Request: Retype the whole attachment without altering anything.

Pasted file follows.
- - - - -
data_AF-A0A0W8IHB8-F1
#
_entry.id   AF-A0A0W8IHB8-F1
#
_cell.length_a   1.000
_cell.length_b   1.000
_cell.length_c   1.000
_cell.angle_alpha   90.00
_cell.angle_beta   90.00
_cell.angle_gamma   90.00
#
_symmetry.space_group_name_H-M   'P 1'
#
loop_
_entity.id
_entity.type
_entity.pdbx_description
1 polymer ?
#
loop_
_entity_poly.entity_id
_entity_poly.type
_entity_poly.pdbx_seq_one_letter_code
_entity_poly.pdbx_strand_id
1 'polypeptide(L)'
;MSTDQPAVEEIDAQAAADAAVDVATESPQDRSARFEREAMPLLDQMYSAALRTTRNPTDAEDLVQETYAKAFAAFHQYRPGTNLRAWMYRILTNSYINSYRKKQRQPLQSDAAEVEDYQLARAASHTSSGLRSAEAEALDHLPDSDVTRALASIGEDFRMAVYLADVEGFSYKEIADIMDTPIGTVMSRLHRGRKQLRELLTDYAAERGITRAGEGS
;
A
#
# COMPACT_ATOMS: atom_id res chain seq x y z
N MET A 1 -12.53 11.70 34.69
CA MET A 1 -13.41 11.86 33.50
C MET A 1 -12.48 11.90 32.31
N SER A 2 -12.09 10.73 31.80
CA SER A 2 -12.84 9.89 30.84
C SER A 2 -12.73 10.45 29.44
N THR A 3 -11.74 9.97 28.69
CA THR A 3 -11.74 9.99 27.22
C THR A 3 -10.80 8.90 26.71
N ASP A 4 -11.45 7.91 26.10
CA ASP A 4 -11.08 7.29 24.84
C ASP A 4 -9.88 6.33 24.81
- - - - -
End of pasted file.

data_AF-A0A0W8IHB8-F1
#
_entry.id   AF-A0A0W8IHB8-F1
#
_cell.length_a   1.000
_cell.length_b   1.000
_cell.length_c   1.000
_cell.angle_alpha   90.00
_cell.angle_beta   90.00
_cell.angle_gamma   90.00
#
_symmetry.space_group_name_H-M   'P 1'
#
loop_
_entity.id
_entity.type
_entity.pdbx_description
1 polymer ?
#
loop_
_entity_poly.entity_id
_entity_poly.type
_entity_poly.pdbx_seq_one_letter_code
_entity_poly.pdbx_strand_id
1 'polypeptide(L)'
;MSTDQPAVEEIDAQAAADAAVDVATESPQDRSARFEREAMPLLDQMYSAALRTTRNPTDAEDLVQETYAKAFAAFHQYRPGTNLRAWMYRILTNSYINSYRKKQRQPLQSDAAEVEDYQLARAASHTSSGLRSAEAEALDHLPDSDVTRALASIGEDFRMAVYLADVEGFSYKEIADIMDTPIGTVMSRLHRGRKQLRELLTDYAAERGITRAGEGS
;
A
#
# COMPACT_ATOMS: atom_id res chain seq x y z
N MET A 1 -12.53 11.70 34.69
CA MET A 1 -13.41 11.86 33.50
C MET A 1 -12.48 11.90 32.31
N SER A 2 -12.09 10.73 31.80
CA SER A 2 -12.84 9.89 30.84
C SER A 2 -12.73 10.45 29.44
N THR A 3 -11.74 9.97 28.69
CA THR A 3 -11.74 9.99 27.22
C THR A 3 -10.80 8.90 26.71
N ASP A 4 -11.45 7.91 26.10
CA ASP A 4 -11.08 7.29 24.84
C ASP A 4 -9.88 6.33 24.81